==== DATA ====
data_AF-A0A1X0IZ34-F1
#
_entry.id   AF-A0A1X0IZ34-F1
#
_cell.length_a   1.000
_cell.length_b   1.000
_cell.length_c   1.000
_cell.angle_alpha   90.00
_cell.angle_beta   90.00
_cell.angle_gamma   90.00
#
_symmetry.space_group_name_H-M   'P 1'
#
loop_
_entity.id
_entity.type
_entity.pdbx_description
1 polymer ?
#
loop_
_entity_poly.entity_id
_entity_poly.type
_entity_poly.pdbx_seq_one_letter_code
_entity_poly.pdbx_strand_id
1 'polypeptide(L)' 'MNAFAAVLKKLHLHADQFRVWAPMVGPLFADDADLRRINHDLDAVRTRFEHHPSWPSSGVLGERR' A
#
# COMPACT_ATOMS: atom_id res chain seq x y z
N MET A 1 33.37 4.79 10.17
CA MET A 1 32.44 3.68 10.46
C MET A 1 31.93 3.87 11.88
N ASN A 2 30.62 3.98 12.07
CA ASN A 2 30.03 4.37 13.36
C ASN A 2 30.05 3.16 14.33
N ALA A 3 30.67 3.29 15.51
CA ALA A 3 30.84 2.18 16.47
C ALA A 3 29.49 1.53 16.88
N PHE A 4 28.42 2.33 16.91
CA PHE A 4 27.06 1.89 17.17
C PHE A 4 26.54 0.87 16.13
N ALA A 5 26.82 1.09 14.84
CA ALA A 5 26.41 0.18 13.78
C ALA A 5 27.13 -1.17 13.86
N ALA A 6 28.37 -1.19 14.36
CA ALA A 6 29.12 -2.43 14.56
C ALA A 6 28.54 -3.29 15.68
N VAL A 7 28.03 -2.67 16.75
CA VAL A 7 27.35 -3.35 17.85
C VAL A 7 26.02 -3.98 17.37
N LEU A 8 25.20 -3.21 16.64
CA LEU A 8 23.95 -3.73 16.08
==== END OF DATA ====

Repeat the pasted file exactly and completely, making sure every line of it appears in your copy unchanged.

data_AF-A0A1X0IZ34-F1
#
_entry.id   AF-A0A1X0IZ34-F1
#
_cell.length_a   1.000
_cell.length_b   1.000
_cell.length_c   1.000
_cell.angle_alpha   90.00
_cell.angle_beta   90.00
_cell.angle_gamma   90.00
#
_symmetry.space_group_name_H-M   'P 1'
#
loop_
_entity.id
_entity.type
_entity.pdbx_description
1 polymer ?
#
loop_
_entity_poly.entity_id
_entity_poly.type
_entity_poly.pdbx_seq_one_letter_code
_entity_poly.pdbx_strand_id
1 'polypeptide(L)' 'MNAFAAVLKKLHLHADQFRVWAPMVGPLFADDADLRRINHDLDAVRTRFEHHPSWPSSGVLGERR' A
#
# COMPACT_ATOMS: atom_id res chain seq x y z
N MET A 1 33.37 4.79 10.17
CA MET A 1 32.44 3.68 10.46
C MET A 1 31.93 3.87 11.88
N ASN A 2 30.62 3.98 12.07
CA ASN A 2 30.03 4.37 13.36
C ASN A 2 30.05 3.16 14.33
N ALA A 3 30.67 3.29 15.51
CA ALA A 3 30.84 2.18 16.47
C ALA A 3 29.49 1.53 16.88
N PHE A 4 28.42 2.33 16.91
CA PHE A 4 27.06 1.89 17.17
C PHE A 4 26.54 0.87 16.13
N ALA A 5 26.82 1.09 14.84
CA ALA A 5 26.41 0.18 13.78
C ALA A 5 27.13 -1.17 13.86
N ALA A 6 28.37 -1.19 14.36
CA ALA A 6 29.12 -2.43 14.56
C ALA A 6 28.54 -3.29 15.68
N VAL A 7 28.03 -2.67 16.75
CA VAL A 7 27.35 -3.35 17.85
C VAL A 7 26.02 -3.98 17.37
N LEU A 8 25.20 -3.21 16.64
CA LEU A 8 23.95 -3.73 16.08